Christie: Weak at home, but don’t count him out

Gov. Chris Christie

Gov. Chris Christie (Photo courtesy of the New Jersey governor’s office.)

By Maurice Carroll
Assistant Director of the Quinnipiac University Poll

What a difference.

In 2012, reporters swarmed into the State House in Trenton to watch Gov. Chris Christie, the hope of Republicans disenchanted with Mitt Romney, announce that he’d run for President. He disappointed them. He said he wasn’t ready for the White House; that he’d stay as Governor of New Jersey.

In 2015, in advance of the presidential election, he visited his old high school in Livingston to announce that he’d run. He was widely judged as just one of the huge Republican pack, after more than a year being pummeled in the New Jersey press.

But there’s one constant in the two scenes — he still has to be taken seriously.

The “Jersey guy” governor confronts a hostile home-state news media. He’s been a punch-line in the so-called “bridge-gate” story almost since his second-term election. And Jeb Bush, heir to a political dynasty and sitting on a huge pot of money, has assumed Christie’s one-time role as the favorite of the Republican establishment.

So the current question seems to be: Can Christie carry New Hampshire?

Probably not, as long as Bush is around — and there’s no reason to expect he won’t be.

Still, the New Jersey governor has hopes. His numbers in the Quinnipiac University presidential polls have been dismal — low single digits in our June “swing state” poll of Florida, Ohio and Pennsylvania, in ninth place at 4 percent in our May national poll (even, humiliatingly, behind Donald Trump). And he led in his home state in April with a depressingly low 22 percent.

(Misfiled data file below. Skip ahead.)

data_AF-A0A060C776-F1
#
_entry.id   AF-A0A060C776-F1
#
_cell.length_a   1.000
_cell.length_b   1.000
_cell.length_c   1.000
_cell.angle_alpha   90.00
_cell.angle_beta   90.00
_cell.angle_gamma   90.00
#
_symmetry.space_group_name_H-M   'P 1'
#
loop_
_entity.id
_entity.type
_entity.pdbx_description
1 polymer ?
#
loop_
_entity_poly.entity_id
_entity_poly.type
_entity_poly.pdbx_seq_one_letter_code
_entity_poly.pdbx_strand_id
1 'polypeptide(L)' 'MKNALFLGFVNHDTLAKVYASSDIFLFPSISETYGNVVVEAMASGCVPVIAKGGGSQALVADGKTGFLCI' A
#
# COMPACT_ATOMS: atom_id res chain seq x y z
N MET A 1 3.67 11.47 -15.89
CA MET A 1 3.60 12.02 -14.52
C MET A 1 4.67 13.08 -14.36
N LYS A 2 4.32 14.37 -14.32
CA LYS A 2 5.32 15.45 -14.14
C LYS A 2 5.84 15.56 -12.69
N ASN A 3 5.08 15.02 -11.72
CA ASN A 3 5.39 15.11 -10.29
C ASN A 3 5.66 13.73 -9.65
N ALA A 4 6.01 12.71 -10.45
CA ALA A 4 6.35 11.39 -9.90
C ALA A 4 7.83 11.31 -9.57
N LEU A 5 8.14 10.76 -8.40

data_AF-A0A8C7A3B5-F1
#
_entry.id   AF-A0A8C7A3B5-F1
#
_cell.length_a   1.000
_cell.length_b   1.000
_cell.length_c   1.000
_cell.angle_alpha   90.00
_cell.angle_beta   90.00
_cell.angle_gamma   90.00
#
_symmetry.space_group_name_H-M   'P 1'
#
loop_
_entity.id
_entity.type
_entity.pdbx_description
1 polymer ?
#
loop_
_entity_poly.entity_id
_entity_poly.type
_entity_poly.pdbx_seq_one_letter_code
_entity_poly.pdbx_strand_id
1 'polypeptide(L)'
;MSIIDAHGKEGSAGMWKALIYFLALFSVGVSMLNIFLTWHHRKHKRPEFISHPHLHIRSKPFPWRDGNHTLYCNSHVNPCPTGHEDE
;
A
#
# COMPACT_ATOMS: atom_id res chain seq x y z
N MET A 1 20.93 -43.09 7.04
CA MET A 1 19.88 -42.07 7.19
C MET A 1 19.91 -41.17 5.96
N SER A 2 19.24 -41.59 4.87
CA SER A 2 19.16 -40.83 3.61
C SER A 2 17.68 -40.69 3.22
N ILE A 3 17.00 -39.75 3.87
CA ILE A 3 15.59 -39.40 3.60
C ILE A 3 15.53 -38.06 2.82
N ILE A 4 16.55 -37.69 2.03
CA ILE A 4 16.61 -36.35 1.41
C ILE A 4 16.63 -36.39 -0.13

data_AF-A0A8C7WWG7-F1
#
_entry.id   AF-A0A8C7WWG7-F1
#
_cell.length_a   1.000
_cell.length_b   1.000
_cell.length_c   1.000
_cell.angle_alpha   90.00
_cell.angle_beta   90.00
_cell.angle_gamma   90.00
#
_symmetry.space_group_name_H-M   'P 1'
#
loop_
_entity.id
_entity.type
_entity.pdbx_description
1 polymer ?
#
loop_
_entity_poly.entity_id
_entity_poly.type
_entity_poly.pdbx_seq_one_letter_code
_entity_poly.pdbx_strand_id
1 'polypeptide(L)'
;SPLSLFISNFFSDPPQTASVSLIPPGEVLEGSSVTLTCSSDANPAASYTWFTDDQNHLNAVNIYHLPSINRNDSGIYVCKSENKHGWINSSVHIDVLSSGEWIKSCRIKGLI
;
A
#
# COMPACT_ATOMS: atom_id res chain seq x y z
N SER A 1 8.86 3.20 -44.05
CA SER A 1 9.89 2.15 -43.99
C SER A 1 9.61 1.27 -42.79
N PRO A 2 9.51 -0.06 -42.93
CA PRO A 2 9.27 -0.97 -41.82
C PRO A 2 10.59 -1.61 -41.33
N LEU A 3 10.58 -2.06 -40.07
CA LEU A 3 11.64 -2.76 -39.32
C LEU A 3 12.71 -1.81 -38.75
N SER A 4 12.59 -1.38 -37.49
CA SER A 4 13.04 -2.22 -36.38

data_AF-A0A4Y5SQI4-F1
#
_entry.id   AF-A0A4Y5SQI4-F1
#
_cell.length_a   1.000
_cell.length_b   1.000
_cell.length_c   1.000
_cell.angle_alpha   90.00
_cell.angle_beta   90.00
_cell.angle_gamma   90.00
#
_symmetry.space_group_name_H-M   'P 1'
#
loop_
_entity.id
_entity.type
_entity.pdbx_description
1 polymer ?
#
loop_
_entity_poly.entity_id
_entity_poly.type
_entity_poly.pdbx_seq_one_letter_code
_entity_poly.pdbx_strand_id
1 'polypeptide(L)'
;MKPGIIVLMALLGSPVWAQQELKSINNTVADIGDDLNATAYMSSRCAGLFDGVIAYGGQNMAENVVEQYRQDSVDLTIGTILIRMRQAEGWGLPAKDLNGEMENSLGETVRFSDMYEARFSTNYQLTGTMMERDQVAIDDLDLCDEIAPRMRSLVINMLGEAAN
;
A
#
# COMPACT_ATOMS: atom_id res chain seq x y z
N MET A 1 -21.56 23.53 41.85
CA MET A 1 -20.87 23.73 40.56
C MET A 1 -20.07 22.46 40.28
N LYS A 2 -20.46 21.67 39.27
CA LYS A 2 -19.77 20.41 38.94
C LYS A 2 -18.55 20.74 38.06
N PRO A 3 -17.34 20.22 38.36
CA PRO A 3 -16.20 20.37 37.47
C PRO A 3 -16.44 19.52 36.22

But everyone else has low numbers, too.

Bush is no slouch at retail campaigning, but Christie is a natural at it. His town-hall-style, honed in an endless series of meetings at home in New Jersey, is perfect for New Hampshire, whose coddled primary voters expect — and are accustomed to — personal attention.

Why hasn’t he been able to sew up support at home, usually a prerequisite for politicians who want to be President?

That’s a persistent question in New Jersey. A combative, quotable, colorful candidate, the sort that reporters love to cover, he’s gone out of his way to antagonize some of the very good reporters who work in New Jersey and he faces remorseless hostility in two key places, the Newark Star-Ledger and the seven Gannett newspapers.

The “Jersey guy” stuff can’t explain it. Sure, his in-your-face style can be off-putting, but the people who cover him are “Jersey guys” (and girls), too. They mostly enjoy that attitude; it makes for good news stories. But did it make sense for him to bar the Trenton reporters from a meeting with outof-staters during his state-of-the-state address.

It all stems from “bridge-gate”, Trenton reporters say. After dragging out an investigation for more than a year, the U.S. Attorney finally found that Christie had no personal role in that puzzlingly sophomoric tie up of George Washington Bridge traffic in the small Bergen County town of Fort Lee (as a political pay-back for the mayor). But, as the speculative headlines persisted, a governor who had met regularly with reporters suddenly vanished from regular press contact. And the negative news droned on.

Will that basically silly story kill a presidential hope that once seemed so strong?

We’ll see.


Categories: Quinnipiac Poll

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